No Leafs Go!

AL STRACHAN -- Toronto Sun

, Last Updated: 9:14 AM ET

Among Canadian hockey fans, no team raises passions like the Toronto Maple Leafs.

If you're one of the team's fans, you bleed blue and white and you consider yourself part of the Leafs Nation.

If you're a fan of any other Canadian team, your second-favourite team is whoever is playing the Leafs that night. And there's no hotter ticket than the one that gets you into the arena when the Leafs come to your city.

For Montreal and Ottawa, the new collective bargaining agreement won't change any of that.

But if you're in Vancouver, Calgary or Edmonton, you're about to find out how much you really mean to the people who run the National Hockey League.

From now on, the Leafs will come to your town once every three years.

The plan that, according to a well-placed source is "almost certain" to be imposed, will see divisional rivals play each other eight times per season. Each team will also play four games against the other 10 teams in the conference.

To get to the 82 required for a full season, a team will play a home-and-home series against one division in the other conference on a rotation basis.

It's not only the fans of the Canucks, Flames and Oilers who will feel the impact of this decision. In all of those cities, as in every city in Canada, the Leafs have lots of loyal fans and they too will be short-changed.

Back in 1997, the then-GM of the Leafs, Ken Dryden -- who is now the minister in charge of spending taxpayers' money to replace parents with state-subsidized surrogates -- recognized the importance of the Leafs in Canadian society.

He wanted what made sense for his team -- a move from the Western Conference to the Eastern Conference. But he also wanted to minimize damage to the Leafs' mystique across the country.

So a deal was arranged whereby Toronto would join the other eastern teams but, unlike the others in the conference, play twice a year in each of the western Canada venues.

In order to make this accommodation to their schedule, the Leafs didn't travel to the Pacific Division.

Even though the franchise has fans everywhere, it made a lot more sense to give Canadians -- who love and hate the Leafs with passion -- what they wanted, even if it meant shortchanging Leafs fans in cities like Los Angeles and San Jose.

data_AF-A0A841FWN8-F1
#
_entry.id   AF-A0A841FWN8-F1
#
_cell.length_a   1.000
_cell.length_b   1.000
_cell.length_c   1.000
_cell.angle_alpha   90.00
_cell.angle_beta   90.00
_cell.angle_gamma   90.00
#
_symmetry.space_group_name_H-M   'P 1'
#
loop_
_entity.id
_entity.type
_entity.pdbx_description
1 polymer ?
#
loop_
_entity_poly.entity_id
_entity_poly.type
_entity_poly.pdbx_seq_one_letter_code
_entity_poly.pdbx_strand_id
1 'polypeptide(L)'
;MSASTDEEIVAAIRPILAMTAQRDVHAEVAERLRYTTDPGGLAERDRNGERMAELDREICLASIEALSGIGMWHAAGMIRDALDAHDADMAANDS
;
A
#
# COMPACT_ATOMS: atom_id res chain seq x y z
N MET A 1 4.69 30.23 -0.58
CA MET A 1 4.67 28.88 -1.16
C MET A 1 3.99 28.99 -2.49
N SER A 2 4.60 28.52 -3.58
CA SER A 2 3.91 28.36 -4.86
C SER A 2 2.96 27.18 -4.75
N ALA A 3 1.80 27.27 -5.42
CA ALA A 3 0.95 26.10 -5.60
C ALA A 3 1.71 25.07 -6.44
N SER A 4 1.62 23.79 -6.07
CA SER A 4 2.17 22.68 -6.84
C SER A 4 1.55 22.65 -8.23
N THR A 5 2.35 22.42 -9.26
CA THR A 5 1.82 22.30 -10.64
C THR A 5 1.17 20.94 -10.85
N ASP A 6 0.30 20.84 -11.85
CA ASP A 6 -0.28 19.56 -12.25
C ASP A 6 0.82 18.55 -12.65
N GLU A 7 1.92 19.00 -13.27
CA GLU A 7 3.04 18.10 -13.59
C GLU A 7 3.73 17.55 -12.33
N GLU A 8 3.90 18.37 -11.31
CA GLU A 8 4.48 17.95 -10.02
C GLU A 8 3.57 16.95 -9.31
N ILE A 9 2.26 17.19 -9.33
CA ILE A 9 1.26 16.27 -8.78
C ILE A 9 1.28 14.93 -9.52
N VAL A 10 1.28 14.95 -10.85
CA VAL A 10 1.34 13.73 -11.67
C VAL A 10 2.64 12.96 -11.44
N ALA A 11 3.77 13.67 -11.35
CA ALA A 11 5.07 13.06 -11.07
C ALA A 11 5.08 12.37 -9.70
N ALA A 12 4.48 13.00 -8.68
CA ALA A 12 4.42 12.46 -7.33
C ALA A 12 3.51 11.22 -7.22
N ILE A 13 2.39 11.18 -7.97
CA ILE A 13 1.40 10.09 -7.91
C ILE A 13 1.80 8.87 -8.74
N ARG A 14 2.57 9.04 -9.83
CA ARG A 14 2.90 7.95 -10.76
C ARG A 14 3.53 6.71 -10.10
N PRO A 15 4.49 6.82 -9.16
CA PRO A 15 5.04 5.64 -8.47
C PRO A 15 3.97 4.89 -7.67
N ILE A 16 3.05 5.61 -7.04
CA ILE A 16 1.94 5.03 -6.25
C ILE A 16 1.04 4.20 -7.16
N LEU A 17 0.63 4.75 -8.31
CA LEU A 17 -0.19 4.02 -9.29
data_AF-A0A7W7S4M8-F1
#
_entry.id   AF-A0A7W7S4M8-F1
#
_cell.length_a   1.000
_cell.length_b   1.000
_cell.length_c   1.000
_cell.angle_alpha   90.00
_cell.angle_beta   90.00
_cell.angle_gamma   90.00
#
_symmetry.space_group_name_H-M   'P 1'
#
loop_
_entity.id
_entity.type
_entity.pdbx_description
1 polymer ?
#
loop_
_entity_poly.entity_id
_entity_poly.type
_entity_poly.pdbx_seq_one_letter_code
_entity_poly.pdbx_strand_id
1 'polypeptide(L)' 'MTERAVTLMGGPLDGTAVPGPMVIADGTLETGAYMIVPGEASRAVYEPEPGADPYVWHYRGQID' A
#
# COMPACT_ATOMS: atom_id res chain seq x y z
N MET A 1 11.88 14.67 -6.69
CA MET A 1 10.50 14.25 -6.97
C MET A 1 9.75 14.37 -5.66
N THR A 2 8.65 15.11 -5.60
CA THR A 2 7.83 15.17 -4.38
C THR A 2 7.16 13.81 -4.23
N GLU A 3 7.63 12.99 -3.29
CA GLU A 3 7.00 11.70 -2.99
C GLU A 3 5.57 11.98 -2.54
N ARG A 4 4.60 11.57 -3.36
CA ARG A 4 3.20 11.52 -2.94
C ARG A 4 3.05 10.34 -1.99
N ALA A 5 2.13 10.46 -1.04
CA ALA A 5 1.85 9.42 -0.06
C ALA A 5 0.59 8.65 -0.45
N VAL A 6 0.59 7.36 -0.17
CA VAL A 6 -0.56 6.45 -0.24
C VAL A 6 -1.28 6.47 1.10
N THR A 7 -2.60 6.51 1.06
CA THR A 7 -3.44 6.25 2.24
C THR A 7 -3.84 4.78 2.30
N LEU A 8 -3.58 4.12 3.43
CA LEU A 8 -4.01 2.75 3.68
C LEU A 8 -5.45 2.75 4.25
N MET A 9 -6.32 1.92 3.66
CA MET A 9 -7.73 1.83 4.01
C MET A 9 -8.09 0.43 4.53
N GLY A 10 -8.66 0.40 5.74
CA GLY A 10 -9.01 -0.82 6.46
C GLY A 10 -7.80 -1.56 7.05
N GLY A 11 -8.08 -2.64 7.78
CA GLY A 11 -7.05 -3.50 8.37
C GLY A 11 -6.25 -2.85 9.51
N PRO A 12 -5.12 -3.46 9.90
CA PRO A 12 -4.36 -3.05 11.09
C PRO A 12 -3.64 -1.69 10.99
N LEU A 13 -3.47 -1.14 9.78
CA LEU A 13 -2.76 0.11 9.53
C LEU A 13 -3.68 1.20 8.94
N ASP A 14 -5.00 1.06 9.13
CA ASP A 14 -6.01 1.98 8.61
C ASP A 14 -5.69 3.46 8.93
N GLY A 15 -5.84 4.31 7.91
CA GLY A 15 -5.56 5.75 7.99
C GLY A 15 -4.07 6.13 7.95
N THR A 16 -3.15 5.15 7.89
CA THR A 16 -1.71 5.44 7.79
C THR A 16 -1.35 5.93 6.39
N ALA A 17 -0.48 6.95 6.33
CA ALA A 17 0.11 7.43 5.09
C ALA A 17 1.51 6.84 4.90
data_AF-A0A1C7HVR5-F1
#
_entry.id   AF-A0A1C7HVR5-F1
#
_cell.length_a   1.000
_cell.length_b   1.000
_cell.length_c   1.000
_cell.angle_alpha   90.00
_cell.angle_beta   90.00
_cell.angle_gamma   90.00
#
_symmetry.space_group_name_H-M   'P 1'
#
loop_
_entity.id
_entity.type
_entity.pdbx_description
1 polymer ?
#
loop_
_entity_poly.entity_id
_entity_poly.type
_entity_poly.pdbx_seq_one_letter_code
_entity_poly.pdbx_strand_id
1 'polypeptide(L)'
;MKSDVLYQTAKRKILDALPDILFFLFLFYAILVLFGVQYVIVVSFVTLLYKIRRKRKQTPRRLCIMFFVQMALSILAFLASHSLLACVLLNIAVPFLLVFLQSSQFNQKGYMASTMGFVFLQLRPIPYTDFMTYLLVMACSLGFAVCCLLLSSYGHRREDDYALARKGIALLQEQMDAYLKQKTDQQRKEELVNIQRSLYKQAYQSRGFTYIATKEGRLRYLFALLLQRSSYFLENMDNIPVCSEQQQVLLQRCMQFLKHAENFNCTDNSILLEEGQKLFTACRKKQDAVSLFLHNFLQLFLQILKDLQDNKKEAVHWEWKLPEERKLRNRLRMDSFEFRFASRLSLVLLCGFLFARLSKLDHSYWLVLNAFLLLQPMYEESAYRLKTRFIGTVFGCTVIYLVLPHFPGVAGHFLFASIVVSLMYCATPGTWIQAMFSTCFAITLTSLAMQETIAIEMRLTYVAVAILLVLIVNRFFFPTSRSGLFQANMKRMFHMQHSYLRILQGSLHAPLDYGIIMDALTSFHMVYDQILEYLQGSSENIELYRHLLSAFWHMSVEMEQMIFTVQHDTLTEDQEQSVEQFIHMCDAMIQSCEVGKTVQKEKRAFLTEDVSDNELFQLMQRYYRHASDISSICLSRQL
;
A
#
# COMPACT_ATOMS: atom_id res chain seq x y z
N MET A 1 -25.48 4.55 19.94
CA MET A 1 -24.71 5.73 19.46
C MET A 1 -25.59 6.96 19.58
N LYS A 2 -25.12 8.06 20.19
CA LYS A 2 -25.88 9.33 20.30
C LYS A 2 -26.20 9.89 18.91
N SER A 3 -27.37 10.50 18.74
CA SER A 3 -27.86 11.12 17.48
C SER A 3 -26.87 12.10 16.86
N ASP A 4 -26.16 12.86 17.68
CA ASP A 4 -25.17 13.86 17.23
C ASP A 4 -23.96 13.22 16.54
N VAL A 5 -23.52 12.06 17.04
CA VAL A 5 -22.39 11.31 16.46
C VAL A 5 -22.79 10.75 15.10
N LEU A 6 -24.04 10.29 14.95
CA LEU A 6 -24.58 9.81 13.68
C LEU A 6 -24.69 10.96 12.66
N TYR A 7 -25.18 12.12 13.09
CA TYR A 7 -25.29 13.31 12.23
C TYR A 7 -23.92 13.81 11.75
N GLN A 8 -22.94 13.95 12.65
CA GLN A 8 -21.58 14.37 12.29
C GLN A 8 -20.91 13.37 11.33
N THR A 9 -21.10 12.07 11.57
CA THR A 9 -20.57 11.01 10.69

NEW NHL ORDER

But under the new NHL order, the sensibilities of Canadian fans are of no great concern.

The league is run by lawyers who, naturally enough, think like lawyers. In their minds (one uses the word loosely), all rules must be equally applied. There is no room for emotion, only the enduring fiction of "equality under the law" and the all-important bottom line.

While there's no doubt that new balanced schedule will heighten rivalries and can be rationalized on that basis, a significant aspect in its favour, as far as the owners are concerned, is that it reduces travel costs.

It is not inconceivable that some eastern teams could go through the entire regular season without having to spend 10 nights on the road.

The teams would therefore spend less on such things as hotel rooms, players' per-diem allowances and various other travel costs.

If you want to grab someone's attention in the new NHL, no phrase does it as successfully as "spend less."

On the other hand, phrases that are of not the slightest concern to the American owners, except perhaps for their soporific value, are ones relating to Canadian mystique, Canadian pride, Canadian passion, Canadian heritage, etc.

Or for that matter, any two-word phrase the begins with "Canadian" except "Canadian revenue."


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